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PERIOD PRIDE Part II: Follicular Fun Phase

In our last post, we discussed all the benefits of periods in general. Now Naturopathic Doctor Joanna Rosenfeld is going to explain what’s happening in our bodies for the first 1/2 of our cycle…

PERIOD PRIDE Part II: Follicular Fun Phase
In our last post, we discussed all the benefits of periods in general. Now Naturopathic Doctor Joanna Rosenfeld is going to explain what’s happening in our bodies for the first 1/2 of our cycle… 

What’s Happening:
The next stage of your menstrual cycle is your follicular phase, which actually starts at day 1 of your period. At the beginning of the follicular phase, your brain releases a hormone called FSH (follicle stimulating hormone), which stimulates your ovaries to produce about 5-20 follicles. 

As these follicles grow, eventually one becomes dominant, and the others will wither away and become reabsorbed by the body. The dominant follicle with the ripening egg increases production of estrogen, which causes the uterine lining to grow and thicken over the next 2 weeks. This rise in estrogen will cause a spike in another hormone, luteinizing hormone (LH), which triggers the rupture of the dominant follicle – i.e. ovulation! 

A typical follicular phase lasts about 2 weeks, but there is a lot of variety in timing. If your menstrual cycle is a little bit shorter, or on the longer side, it is your follicular phase that is responsible.

How you might feel:
Generally people feel good during this time of their cycle. Estrogen helps to increase serotonin levels (those feel-good neurotransmitters), so as estrogen levels increase, mood tends to be more positive. It is also a time you may feel more productive at work, and more creative. Physically, you may notice that your skin is glowing, and you may start to notice an increase in libido. Let’s hear it for the follicular phase!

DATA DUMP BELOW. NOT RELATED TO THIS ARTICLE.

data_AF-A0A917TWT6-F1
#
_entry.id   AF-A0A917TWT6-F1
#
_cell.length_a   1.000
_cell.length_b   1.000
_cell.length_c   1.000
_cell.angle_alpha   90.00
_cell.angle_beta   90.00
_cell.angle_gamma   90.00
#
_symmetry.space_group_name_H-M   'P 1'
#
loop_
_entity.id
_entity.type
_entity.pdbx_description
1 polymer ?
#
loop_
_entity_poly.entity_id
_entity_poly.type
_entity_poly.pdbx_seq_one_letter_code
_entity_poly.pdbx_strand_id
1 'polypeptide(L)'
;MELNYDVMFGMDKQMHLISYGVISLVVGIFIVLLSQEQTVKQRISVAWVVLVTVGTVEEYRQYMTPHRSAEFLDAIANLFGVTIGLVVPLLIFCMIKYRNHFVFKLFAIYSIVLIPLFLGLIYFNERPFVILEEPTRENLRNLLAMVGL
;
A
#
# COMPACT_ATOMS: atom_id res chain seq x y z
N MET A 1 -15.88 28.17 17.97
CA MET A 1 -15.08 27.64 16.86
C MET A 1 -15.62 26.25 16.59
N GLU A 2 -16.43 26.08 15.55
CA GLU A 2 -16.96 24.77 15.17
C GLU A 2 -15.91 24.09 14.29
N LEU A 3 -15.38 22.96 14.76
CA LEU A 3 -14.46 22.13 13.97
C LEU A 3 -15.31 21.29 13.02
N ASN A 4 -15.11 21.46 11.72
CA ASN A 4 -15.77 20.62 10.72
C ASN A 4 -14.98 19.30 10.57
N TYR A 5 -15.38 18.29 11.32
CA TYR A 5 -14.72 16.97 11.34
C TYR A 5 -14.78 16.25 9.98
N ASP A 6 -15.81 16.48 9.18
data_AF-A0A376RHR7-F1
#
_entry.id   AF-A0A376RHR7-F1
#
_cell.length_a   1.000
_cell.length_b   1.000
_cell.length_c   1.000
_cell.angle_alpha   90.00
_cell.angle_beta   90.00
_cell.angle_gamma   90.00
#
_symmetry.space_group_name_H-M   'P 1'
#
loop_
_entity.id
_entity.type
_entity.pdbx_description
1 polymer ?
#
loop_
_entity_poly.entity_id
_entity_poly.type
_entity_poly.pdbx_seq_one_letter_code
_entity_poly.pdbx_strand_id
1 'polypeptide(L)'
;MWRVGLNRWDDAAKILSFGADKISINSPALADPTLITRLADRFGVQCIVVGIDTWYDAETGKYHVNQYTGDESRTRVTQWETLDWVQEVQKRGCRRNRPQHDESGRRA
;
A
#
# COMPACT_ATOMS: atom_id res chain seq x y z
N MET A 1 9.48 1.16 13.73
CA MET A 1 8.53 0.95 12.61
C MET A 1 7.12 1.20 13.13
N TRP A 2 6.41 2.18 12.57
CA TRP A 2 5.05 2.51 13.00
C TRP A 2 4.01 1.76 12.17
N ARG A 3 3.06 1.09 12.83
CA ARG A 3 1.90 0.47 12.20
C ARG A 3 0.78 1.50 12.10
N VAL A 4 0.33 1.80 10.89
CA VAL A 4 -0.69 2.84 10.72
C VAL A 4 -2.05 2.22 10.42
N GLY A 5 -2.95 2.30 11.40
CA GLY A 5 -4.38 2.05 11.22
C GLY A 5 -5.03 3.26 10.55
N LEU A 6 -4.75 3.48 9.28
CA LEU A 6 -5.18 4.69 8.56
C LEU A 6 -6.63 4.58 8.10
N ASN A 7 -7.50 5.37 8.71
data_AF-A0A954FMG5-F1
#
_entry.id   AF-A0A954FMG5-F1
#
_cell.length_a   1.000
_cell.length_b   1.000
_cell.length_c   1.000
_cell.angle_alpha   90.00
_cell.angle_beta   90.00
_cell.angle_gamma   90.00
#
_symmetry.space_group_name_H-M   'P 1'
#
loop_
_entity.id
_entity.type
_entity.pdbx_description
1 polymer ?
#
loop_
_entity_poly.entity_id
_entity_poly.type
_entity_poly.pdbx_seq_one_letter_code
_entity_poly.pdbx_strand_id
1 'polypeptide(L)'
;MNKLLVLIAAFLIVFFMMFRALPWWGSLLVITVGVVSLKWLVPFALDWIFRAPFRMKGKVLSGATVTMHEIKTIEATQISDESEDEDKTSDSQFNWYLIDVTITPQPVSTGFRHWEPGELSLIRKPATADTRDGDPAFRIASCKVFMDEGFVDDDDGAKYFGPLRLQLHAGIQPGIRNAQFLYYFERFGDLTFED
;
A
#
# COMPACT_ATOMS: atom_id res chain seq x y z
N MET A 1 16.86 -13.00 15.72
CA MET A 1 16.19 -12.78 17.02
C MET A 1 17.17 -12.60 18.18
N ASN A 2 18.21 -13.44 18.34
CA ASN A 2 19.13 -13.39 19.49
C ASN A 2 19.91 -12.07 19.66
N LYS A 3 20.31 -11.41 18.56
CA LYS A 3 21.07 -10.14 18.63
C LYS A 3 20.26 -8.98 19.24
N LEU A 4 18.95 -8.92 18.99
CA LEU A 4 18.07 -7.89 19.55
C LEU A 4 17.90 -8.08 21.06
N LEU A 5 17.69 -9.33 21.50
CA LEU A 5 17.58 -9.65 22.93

Signs of Hormonal Imbalance:
As mentioned above, the length of your follicular phase is most often what determines the length of your cycle. 

A longer follicular cycle (> 21 days) can signal lower estrogen levels, as the follicle doesn’t release enough estrogen to stimulate LH, causing delayed ovulation. A longer follicular phase is also associated with Vitamin D deficiency, recent use of birth control pills, and marijuana use. Delayed time to ovulation can also be associated with polycystic ovarian syndrome (PCOS). 

A short follicular phase is common during perimenopause. FSH levels rise, but LH doesn’t increase, causing a follicle to rupture too quickly. If getting pregnant is something you’re thinking about, a short follicular phase can impact your chances because the egg has not had enough time to mature. A follicular phase shorter than 11 days is associated with decreased fertility

(Photo by Tuan Nguy N Minh)